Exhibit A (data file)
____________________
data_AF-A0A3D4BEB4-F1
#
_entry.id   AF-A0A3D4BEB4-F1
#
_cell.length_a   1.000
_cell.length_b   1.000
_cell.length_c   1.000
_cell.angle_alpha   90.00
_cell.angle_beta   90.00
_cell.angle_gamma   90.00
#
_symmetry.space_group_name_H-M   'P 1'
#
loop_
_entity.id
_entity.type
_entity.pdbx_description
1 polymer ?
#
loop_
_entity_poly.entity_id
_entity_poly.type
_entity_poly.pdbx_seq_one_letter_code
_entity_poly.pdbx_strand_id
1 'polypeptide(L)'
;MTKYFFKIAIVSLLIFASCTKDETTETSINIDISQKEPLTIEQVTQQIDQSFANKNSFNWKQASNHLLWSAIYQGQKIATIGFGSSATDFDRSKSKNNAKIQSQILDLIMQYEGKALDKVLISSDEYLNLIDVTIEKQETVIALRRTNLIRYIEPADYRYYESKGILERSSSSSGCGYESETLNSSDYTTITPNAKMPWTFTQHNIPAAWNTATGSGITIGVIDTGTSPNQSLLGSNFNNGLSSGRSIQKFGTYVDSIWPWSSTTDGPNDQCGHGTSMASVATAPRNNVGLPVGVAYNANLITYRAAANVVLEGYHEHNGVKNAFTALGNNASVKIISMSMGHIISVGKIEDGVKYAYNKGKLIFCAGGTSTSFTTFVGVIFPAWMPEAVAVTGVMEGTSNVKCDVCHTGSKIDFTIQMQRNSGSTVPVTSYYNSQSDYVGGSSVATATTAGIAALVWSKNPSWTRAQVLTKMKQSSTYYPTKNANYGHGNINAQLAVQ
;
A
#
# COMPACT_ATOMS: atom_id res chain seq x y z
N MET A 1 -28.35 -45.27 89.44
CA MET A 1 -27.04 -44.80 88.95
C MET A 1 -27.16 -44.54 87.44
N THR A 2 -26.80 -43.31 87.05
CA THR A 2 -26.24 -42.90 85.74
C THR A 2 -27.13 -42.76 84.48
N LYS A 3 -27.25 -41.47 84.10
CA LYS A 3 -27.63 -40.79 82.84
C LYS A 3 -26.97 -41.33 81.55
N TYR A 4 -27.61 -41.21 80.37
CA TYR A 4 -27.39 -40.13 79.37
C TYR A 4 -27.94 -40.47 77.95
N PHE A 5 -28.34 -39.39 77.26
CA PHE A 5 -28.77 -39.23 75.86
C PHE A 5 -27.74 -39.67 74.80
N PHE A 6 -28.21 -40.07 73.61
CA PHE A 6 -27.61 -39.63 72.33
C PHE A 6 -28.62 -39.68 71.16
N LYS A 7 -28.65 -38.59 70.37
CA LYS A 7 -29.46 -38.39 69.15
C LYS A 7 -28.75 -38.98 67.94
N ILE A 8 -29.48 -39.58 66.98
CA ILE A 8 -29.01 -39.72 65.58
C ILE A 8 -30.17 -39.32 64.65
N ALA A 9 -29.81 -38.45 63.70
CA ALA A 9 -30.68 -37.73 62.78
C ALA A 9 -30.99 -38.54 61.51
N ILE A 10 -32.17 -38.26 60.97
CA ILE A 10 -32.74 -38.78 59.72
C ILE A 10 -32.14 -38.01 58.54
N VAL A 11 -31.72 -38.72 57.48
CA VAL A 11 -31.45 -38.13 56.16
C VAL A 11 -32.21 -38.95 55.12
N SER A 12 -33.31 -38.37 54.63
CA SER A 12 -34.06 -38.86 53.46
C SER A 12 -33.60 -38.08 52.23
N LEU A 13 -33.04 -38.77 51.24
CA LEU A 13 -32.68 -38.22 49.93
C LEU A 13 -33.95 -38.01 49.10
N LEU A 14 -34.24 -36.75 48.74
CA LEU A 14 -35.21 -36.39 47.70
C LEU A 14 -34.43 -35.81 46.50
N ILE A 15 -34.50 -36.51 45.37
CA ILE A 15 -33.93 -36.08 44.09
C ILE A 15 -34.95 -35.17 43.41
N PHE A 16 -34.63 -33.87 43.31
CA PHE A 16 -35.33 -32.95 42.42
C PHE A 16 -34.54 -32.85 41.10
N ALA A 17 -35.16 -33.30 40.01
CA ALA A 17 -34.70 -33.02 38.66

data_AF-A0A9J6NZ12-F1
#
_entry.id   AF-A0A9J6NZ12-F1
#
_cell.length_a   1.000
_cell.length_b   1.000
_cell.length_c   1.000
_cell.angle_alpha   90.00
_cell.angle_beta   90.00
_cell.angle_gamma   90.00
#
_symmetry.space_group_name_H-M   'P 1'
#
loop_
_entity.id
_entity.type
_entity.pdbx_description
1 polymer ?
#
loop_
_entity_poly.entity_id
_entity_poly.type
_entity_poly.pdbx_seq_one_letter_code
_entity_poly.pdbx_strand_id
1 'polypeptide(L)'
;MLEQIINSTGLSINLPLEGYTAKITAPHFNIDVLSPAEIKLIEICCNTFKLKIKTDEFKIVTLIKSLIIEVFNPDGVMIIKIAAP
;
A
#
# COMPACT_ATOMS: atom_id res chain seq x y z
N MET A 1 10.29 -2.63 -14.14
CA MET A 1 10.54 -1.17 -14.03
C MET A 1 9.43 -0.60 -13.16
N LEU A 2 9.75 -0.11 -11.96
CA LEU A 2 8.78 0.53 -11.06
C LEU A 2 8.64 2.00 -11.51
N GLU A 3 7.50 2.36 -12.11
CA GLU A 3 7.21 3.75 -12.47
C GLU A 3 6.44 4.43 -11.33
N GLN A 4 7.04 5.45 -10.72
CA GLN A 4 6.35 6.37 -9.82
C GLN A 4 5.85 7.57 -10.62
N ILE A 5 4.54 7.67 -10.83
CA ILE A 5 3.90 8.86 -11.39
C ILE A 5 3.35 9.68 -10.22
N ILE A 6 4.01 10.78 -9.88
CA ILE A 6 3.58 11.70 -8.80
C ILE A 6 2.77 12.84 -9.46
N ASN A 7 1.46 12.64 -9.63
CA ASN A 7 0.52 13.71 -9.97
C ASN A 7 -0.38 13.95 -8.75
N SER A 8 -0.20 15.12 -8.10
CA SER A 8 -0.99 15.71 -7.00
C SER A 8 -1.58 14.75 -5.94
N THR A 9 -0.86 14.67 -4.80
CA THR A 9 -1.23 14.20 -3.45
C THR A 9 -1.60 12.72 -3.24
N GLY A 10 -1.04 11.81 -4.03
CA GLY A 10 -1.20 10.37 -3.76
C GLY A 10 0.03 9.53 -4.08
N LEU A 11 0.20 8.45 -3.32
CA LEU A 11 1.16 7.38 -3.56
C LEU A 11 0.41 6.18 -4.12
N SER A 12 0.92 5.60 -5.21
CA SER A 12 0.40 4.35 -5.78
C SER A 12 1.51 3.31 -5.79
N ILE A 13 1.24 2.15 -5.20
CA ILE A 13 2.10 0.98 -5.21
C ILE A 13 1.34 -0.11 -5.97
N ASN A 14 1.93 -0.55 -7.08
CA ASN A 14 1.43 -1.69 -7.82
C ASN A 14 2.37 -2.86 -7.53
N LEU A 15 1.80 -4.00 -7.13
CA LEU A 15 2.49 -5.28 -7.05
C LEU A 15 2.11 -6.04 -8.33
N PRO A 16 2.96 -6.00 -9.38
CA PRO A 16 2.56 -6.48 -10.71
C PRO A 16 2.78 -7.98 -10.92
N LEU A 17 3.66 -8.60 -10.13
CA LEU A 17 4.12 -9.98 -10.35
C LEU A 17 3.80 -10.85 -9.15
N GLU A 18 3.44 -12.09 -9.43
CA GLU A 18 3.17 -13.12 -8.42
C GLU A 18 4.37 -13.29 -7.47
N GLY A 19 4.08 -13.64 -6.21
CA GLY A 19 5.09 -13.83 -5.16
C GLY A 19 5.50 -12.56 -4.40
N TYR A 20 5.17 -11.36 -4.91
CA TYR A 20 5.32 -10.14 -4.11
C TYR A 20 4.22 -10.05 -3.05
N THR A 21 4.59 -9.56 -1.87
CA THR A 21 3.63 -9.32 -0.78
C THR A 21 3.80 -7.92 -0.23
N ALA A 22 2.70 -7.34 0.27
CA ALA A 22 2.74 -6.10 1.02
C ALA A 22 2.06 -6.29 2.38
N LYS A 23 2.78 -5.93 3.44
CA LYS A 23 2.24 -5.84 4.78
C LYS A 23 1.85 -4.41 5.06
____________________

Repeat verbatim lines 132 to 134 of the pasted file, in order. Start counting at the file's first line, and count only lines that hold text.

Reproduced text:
N SER A 8 -0.20 15.12 -8.10
CA SER A 8 -0.99 15.71 -7.00
C SER A 8 -1.58 14.75 -5.94